“He won’t be able to solve the thorny political issues that Brexit continues to throw up. But he can help rebuild positive feelings towards Britain and the British,” Strong says, adding that the international damage caused by Brexit was largely emotional. “It’s the kind of thing a constitutional monarch can do that a politician can’t.“
Why did Macron cancel Charles’ visit?
Thursday’s protests invited more than a million French citizens to the streets to protest Macron’s pension reforms that will see the national age of retirement increased from 62 to 64.
Some cities demonstrated peacefully but violence broke out in Paris with some protesters throwing stones and fireworks at police. Around 457 people were arrested Thursday, while 441 security forces were reported injured. Bordeaux’s town hall was also set on fire Thursday. Firefighters were later able to extinguish the blaze.
Read More: Protests Sweep France After Pension Reform Is Forced Through by Macron
In an interview with French broadcasters Wednesday, Macron defended his decision saying “That reform is not a luxury, it is not fun. It’s a necessity for the country.”
Yet the optics of a visit by the monarch to the proud republic amid the backlash may have been what prompted Macron to cancel Charles’ trip to the country.
“Macron is a pushy person in his own way. And he made sure at the Queen’s funeral that he was going to nail down Charles for the first state visit to France, the traditional Frenemy of Britain,” says Clare McHugh, a royal historian and author. Just 12 days after Queen Elizabeth’s death on September 8, the Daily Telegraph reported that Macron and Charles had bonded over environmental causes and a first state visit to France was expected above a Commonwealth destination.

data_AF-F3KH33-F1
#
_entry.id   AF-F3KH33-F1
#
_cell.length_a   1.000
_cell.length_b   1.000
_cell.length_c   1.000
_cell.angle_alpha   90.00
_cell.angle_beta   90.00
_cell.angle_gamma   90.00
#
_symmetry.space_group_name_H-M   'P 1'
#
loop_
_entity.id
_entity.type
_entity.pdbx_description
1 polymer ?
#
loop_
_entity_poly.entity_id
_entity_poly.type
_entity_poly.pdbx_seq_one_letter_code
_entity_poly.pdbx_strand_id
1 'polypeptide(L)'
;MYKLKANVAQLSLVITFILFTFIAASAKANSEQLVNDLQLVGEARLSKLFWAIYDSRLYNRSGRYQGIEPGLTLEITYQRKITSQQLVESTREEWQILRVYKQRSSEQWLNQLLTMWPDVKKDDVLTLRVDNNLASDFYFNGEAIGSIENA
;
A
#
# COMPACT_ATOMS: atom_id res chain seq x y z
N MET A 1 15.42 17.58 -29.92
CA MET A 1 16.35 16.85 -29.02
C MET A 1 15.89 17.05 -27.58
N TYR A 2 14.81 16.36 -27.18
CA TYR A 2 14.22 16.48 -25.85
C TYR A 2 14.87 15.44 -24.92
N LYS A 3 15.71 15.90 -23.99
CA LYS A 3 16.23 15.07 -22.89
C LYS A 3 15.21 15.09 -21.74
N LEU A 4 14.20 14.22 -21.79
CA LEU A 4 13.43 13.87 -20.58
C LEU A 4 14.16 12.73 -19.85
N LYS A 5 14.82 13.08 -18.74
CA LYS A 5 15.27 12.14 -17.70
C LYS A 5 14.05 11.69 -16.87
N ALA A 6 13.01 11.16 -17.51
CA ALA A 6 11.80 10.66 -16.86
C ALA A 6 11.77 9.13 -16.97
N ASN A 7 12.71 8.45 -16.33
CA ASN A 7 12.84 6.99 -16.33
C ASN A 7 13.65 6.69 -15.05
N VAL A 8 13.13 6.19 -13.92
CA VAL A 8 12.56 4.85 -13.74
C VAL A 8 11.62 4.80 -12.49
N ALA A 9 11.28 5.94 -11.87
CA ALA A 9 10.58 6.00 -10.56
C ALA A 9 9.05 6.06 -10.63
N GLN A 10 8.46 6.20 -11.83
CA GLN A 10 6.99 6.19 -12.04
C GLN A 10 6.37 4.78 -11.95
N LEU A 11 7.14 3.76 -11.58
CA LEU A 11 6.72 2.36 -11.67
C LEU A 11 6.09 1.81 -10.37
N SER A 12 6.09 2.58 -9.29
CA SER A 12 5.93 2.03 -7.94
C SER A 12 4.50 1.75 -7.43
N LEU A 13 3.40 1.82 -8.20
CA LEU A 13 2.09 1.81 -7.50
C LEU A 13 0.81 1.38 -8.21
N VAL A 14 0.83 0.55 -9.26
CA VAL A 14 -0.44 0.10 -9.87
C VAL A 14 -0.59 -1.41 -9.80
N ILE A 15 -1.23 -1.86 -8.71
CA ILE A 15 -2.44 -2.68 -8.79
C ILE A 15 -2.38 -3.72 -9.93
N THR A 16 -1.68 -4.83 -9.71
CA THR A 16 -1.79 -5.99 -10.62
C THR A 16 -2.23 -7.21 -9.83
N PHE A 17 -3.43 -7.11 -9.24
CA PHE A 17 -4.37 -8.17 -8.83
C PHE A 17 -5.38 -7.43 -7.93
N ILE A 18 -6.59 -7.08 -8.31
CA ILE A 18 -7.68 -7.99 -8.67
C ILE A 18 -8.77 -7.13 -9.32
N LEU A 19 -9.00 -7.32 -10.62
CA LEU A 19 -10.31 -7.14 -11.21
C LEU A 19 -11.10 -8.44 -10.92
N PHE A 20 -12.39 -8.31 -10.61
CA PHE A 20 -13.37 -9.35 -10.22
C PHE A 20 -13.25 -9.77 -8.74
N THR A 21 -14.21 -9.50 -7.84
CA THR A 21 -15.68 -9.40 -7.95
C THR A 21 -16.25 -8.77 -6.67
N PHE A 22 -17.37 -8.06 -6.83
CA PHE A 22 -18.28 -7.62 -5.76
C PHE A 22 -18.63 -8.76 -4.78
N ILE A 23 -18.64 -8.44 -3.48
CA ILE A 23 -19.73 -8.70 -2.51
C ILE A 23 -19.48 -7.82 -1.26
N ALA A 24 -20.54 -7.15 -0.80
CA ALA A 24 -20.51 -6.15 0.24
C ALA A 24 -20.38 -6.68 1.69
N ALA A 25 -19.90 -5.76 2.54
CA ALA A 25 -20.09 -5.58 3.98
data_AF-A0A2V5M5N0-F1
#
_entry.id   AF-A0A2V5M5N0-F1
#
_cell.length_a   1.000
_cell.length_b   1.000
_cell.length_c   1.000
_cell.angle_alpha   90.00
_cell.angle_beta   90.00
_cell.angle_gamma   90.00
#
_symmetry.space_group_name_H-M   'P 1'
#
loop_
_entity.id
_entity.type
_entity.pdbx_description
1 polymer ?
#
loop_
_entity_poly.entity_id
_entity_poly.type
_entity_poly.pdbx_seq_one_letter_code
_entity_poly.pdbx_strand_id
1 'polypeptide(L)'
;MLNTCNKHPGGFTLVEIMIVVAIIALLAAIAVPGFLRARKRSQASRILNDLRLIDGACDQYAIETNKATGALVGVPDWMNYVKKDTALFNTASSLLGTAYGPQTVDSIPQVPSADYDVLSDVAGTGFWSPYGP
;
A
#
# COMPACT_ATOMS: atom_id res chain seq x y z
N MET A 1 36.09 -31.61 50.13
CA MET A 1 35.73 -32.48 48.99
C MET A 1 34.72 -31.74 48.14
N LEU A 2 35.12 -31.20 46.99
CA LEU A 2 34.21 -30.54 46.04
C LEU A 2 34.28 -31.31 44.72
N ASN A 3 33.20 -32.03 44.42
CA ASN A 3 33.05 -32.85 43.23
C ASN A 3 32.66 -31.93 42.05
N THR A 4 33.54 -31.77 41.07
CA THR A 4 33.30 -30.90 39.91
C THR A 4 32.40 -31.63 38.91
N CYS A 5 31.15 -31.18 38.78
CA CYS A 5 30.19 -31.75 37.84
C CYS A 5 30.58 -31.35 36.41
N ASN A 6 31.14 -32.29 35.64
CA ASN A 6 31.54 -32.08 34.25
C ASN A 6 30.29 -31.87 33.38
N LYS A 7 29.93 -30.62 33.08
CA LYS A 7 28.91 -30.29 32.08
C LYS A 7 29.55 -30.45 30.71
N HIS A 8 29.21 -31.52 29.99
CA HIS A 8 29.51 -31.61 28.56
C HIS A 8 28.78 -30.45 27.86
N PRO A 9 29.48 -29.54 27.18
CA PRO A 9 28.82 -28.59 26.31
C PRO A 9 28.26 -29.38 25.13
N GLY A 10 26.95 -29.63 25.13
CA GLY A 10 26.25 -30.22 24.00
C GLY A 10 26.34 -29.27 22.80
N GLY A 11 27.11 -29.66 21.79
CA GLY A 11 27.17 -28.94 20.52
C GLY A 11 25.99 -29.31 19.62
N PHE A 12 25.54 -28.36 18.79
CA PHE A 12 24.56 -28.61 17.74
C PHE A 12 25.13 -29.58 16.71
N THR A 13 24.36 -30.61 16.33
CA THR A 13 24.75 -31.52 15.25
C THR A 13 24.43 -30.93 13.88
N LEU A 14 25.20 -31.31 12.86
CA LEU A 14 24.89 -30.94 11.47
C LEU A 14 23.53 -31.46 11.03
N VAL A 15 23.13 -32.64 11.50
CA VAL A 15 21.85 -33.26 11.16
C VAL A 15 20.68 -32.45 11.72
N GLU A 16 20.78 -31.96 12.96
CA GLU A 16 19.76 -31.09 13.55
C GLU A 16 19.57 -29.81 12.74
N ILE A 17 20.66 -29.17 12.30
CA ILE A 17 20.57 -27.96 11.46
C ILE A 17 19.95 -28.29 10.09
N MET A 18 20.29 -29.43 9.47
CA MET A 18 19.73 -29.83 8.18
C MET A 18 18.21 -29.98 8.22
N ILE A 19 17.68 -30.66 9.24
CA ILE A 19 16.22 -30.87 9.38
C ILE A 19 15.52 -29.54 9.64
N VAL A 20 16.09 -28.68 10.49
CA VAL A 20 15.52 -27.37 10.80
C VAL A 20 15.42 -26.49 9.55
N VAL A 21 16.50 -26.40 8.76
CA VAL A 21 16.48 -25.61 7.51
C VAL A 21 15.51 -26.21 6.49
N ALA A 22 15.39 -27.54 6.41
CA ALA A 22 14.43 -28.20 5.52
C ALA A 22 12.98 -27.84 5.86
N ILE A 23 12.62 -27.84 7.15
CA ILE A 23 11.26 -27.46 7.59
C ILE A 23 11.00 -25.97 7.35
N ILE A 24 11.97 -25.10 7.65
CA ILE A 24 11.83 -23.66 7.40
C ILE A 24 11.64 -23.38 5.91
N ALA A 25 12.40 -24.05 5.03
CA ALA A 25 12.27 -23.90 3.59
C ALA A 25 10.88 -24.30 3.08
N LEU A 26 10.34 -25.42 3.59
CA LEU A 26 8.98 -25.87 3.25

But McHugh says Macron would likely have felt uncomfortable hosting Charles for lavish banquets at Versailles and other excursions amid public dissatisfaction. Postponing the trip while “people are disputing in the streets about what the modern society in France should look like” seems to be for the best, she says.
What does this mean for King Charles?
While the state visit is not off the cards, and merely postponed, it’s an unfortunate change to a historic first for Charles as monarch. McHugh says that Charles has “poor luck” and would be the first to admit it.
Strong says that, while unfortunate, it could ultimately work to Charles’ advantage: “The King does relationship-building, not deal-making,” he says. “He can go another time, and he’ll have more impact in calmer times when he’ll generate more media coverage.”
Charles still has an opportunity to make an impact on the international stage when he arrives in Germany with the Queen Consort on Wednesday. Their schedule includes a ceremonial welcome by President Steinmeier and First Lady Elke Büdenbender at the Brandenburg Gate, a state banquet hosted by the pair, meetings with Ukrainian refugees, and a visit to the Komische Oper opera house.
“France’s loss is Germany’s gain and he’s immensely popular there,” says Hugo Vickers, a royal commentator, “I’m sure he will be immensely welcomed there.”
McHugh believes the trip now has a deeper symbolic meaning because it brings the British monarchy back to its German roots, which she says were severed by the two World Wars.
“Maybe this will be a moment when the German connection will be revived,” she says.